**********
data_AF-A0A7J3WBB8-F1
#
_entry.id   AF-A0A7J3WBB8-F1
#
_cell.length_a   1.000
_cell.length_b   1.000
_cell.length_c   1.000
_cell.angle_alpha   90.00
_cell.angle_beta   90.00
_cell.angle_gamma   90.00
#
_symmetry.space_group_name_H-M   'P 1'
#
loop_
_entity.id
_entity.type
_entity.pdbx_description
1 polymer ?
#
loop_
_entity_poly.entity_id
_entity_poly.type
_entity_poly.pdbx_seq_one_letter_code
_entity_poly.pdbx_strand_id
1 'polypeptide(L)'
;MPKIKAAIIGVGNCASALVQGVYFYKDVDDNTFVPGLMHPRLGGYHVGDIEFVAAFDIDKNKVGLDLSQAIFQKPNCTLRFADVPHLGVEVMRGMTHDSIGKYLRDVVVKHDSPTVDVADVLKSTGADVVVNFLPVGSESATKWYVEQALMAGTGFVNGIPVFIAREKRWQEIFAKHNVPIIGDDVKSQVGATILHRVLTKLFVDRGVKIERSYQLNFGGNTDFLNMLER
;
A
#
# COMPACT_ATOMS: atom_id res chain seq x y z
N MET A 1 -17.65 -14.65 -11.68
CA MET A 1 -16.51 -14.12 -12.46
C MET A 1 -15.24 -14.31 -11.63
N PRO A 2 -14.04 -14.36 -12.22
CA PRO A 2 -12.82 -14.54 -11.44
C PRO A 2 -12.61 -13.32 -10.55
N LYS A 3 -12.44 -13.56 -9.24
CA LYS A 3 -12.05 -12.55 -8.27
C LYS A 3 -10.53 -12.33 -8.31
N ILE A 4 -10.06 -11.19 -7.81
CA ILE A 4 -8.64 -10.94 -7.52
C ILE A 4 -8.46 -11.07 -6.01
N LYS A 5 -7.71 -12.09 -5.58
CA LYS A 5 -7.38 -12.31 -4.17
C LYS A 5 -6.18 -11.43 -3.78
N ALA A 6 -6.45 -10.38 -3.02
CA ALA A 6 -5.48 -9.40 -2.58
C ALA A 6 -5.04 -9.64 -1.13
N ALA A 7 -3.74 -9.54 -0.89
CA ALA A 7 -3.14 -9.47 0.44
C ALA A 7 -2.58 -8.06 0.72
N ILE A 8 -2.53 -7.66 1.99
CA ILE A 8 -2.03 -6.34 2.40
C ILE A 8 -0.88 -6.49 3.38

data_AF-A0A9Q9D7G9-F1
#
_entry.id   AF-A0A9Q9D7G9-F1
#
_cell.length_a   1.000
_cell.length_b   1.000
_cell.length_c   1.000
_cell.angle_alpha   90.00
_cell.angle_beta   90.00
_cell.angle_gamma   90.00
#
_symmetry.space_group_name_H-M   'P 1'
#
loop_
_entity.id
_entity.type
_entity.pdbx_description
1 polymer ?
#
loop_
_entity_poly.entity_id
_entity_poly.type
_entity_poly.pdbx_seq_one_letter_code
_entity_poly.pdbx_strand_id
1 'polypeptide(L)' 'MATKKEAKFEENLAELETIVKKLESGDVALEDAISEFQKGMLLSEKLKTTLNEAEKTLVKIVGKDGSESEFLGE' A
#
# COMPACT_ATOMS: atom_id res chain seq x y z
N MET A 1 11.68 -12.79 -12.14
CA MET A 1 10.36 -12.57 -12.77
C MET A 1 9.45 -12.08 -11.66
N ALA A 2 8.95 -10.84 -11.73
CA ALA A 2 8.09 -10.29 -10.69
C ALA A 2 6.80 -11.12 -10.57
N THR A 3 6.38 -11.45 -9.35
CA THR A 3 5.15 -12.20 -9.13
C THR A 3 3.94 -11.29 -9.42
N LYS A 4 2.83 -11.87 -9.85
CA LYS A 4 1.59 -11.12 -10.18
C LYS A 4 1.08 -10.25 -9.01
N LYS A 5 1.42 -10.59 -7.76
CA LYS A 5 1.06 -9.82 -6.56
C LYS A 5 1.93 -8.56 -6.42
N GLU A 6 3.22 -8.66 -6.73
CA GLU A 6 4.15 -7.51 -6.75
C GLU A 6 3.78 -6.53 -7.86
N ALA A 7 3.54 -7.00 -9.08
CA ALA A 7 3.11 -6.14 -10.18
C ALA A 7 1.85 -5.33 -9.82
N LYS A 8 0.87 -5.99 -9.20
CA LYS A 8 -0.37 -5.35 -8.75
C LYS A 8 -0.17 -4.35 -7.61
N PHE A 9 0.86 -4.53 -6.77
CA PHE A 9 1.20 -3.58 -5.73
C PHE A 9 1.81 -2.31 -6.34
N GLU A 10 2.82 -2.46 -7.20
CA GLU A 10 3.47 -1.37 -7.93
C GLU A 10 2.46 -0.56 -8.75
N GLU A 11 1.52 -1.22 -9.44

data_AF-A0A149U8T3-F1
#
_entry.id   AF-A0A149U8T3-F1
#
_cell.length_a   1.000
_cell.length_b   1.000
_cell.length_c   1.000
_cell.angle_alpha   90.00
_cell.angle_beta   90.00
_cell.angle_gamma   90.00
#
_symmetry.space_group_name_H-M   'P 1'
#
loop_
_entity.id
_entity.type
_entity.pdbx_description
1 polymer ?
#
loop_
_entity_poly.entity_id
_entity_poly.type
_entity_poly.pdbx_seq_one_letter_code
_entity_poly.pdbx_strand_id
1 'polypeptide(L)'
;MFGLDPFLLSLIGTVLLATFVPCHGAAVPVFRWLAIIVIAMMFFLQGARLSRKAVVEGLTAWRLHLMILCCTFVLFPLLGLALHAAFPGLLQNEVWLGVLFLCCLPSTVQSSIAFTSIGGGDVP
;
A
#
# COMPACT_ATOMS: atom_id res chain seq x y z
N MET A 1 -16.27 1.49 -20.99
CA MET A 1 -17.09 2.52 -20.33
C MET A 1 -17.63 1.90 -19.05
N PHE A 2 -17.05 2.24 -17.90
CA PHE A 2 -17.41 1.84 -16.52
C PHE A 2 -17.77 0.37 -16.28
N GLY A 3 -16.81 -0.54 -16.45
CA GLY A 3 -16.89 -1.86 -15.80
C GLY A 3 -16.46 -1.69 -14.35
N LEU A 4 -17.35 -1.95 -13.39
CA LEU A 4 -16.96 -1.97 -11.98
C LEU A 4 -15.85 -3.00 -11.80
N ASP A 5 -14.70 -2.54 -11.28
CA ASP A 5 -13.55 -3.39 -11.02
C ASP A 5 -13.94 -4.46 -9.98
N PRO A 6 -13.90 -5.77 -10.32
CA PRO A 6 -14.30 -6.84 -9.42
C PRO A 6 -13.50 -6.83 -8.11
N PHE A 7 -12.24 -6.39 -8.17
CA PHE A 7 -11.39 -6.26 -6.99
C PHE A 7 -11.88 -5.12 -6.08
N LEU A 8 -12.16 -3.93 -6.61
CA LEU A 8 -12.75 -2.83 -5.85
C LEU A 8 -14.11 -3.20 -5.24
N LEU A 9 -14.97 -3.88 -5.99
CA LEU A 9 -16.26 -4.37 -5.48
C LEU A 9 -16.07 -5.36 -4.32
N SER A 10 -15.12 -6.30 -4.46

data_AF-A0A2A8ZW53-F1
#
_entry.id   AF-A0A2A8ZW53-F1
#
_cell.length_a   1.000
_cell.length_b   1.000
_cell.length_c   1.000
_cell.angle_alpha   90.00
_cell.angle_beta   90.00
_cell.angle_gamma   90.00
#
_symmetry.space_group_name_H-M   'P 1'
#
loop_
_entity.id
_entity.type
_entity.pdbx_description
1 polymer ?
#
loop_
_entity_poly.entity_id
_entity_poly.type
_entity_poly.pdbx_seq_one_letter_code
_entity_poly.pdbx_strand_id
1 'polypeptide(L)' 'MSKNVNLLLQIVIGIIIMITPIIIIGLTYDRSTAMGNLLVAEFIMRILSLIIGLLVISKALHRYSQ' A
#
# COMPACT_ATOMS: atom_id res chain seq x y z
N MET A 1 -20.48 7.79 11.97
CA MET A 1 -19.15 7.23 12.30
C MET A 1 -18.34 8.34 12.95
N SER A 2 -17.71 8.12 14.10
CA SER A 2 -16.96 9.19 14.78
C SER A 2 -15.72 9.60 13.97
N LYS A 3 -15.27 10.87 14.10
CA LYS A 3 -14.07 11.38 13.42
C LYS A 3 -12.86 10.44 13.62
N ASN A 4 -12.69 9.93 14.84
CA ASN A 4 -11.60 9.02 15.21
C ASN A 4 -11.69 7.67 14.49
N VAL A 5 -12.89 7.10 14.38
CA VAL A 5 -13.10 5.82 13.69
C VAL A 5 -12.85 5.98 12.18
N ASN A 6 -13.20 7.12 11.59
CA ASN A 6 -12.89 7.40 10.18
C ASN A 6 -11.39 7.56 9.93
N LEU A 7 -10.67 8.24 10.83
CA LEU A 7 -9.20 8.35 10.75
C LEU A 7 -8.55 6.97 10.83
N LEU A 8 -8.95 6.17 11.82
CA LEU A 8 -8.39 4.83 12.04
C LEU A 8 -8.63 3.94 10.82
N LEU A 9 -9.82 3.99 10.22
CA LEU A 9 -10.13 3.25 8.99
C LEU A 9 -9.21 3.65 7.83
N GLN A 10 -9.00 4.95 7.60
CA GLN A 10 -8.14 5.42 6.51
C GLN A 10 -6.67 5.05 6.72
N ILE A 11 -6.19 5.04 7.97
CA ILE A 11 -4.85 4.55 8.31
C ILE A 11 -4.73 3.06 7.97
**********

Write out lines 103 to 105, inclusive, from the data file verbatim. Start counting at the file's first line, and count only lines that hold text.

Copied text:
N LYS A 8 0.87 -5.99 -9.20
CA LYS A 8 -0.37 -5.35 -8.75
C LYS A 8 -0.17 -4.35 -7.61